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Evaluation of the Efficacy of Virtual Reality as a Therapeutic Method for Reducing Opioid Consumption in Postoperative Cardiac Surgery.

Grant number: 23/12148-4
Support Opportunities:Scholarships in Brazil - Scientific Initiation
Effective date (Start): February 01, 2024
Effective date (End): January 31, 2025
Field of knowledge:Health Sciences - Medicine - Surgery
Principal Investigator:Filomena Regina Barbosa Gomes Galas
Grantee:David Duarte de Araujo
Host Institution: Instituto do Coração Professor Euryclides de Jesus Zerbini (INCOR). Hospital das Clínicas da Faculdade de Medicina da USP (HCFMUSP). Secretaria da Saúde (São Paulo - Estado). São Paulo , SP, Brazil

Abstract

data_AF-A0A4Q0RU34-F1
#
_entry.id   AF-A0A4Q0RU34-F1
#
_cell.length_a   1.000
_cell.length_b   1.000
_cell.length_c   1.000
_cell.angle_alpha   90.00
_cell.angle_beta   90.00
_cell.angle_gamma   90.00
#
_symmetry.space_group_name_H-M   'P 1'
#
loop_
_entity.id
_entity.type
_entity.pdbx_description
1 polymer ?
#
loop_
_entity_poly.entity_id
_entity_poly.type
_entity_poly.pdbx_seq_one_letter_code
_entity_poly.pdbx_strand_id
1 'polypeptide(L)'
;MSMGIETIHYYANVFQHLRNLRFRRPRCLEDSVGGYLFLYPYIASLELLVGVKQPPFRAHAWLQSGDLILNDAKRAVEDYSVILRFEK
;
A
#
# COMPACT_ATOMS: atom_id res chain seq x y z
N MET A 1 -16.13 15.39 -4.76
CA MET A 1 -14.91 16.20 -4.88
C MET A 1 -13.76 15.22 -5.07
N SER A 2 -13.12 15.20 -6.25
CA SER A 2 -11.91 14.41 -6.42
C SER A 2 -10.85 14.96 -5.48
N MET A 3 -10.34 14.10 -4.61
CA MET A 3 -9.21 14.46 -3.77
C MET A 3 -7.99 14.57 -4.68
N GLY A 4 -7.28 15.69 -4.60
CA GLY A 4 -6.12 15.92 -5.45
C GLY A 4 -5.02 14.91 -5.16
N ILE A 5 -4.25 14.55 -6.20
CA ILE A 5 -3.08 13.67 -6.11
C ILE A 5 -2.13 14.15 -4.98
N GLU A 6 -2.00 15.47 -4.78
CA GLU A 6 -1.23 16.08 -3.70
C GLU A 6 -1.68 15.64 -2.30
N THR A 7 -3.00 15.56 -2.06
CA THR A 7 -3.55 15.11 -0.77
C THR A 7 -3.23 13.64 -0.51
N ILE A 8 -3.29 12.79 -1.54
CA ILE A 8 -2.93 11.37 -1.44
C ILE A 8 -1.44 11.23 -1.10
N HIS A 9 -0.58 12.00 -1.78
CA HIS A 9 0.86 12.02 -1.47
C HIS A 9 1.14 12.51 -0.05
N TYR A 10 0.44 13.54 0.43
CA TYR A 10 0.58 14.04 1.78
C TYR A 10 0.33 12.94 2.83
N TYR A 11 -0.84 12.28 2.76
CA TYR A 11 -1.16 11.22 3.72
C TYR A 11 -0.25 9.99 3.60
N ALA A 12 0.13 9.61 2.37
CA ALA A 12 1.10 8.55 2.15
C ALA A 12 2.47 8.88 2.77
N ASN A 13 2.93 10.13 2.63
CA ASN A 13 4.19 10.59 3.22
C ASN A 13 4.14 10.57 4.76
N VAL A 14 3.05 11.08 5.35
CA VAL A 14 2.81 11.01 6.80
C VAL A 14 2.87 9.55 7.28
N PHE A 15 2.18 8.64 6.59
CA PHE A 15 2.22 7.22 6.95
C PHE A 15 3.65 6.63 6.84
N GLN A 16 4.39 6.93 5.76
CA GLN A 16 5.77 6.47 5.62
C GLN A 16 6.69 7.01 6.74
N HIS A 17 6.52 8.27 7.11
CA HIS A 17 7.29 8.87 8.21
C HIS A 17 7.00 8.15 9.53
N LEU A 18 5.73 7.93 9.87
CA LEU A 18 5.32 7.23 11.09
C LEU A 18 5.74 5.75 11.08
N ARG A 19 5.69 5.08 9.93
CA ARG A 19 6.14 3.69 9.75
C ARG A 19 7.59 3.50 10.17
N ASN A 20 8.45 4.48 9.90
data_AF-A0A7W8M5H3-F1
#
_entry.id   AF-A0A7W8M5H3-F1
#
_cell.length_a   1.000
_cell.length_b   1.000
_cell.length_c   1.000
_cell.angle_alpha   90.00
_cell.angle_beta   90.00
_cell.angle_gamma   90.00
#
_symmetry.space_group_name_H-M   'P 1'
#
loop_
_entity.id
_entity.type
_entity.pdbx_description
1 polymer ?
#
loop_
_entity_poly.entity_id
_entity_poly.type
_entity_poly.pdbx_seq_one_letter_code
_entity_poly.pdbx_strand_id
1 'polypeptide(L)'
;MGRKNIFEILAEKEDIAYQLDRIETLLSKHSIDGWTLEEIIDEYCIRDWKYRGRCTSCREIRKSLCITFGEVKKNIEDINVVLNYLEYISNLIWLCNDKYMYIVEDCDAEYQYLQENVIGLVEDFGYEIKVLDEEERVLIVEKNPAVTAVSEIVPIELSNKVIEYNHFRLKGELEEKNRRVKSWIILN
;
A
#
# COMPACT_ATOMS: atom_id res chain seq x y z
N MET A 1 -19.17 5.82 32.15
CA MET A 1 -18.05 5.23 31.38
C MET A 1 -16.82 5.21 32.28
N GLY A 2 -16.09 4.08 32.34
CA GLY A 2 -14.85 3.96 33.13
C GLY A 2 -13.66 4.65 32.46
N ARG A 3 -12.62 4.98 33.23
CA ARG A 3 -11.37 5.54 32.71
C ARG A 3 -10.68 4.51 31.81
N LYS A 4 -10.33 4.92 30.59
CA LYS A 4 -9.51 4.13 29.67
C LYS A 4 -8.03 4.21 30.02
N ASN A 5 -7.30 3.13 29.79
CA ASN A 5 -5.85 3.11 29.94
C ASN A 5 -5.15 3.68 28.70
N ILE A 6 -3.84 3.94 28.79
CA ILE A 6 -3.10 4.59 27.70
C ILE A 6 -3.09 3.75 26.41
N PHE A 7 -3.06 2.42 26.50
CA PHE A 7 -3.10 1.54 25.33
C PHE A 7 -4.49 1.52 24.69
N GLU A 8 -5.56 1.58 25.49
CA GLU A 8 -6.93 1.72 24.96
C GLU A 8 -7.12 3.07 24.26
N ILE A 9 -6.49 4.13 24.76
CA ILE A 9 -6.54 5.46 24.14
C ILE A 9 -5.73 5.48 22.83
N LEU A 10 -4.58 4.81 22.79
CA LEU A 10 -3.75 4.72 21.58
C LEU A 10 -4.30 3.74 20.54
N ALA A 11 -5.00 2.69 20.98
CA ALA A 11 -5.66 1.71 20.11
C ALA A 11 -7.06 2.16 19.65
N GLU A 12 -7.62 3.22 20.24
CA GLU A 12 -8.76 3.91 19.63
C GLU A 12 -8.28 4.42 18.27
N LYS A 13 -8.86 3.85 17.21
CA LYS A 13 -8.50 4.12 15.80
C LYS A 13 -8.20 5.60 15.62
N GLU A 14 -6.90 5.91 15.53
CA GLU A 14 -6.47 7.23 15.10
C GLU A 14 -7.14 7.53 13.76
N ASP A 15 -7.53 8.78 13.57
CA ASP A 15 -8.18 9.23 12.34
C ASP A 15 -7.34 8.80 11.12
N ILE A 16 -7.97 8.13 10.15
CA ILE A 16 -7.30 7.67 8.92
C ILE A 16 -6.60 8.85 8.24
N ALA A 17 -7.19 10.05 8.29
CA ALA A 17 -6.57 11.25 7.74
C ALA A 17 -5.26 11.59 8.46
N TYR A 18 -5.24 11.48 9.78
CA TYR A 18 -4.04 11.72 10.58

Evaluation of the Efficacy of Virtual Reality as a Therapeutic Method for Reducing Opioid Consumption in Postoperative Cardiac SurgeryIntroduction:Post-operative pain management is a pertinent concern due to the common utilization of opioids as a treatment, notwithstanding the potential side effects and associated risk of dependence. Given this backdrop, virtual reality (VR) emerges as a promising approach in pain management. Consequently, the objective of this study is to evaluate the efficacy of VR as a complementary therapy in reducing opioid consumption.Objective:This is a prospective randomized study aimed at investigating whether the use of virtual reality in the post-cardiac surgery recovery can reduce opioid consumption, improve patient satisfaction, and minimize the occurrence of side effects compared to the control group.Methodology:Three groups will be constituted: Group 1 will receive the standard anesthesia protocol combined with VR goggles containing the games Fruit Ninja 2 and First Contact; Group 2 will receive the standard anesthesia protocol combined with VR goggles containing contemplative image software Blue Planet and Wander; Group 3 will be the control group, receiving only the standard anesthesia protocol.At the end, parameters such as pain intensity, opioid consumption, patient satisfaction, and the occurrence of side effects will be evaluated. Data will be subjected to statistical analyses, including tests such as two-tailed t-test, Mann-Whitney U test, Chi-squared test, and Fisher's exact test, as per the suitability of each variable. A P<0.1 value in univariate analysis will be considered for the inclusion of significant variables in multivariate analysis, which will be performed at a significance level of P<0.05. At the conclusion of the study, results will be interpreted and published in a scientific article, contributing to the advancement of knowledge in the field and providing evidence on the use of VR as an adjunct therapy in post-cardiac surgery recovery.Expected Results:It is anticipated that virtual reality therapy in the intervention groups (Group 1 and Group 2) will result in a significant reduction in opioid consumption compared to the control group. Furthermore, greater patient satisfaction and a lower incidence of side effects are expected in the intervention groups.Benefits:A reduction in pain and opioid consumption is expected, providing greater comfort and well-being to patients. Additionally, the use of VR is believed to lead to quicker recovery, reduced hospital stay, a lower occurrence of side effects, and potential cost savings in healthcare resources.Conclusion:The obtained results may indicate the widespread impacts of VR therapy and enhance clinical outcomes. Moreover, the implementation of VR can bring benefits such as cost reduction and a lower incidence of side effects.

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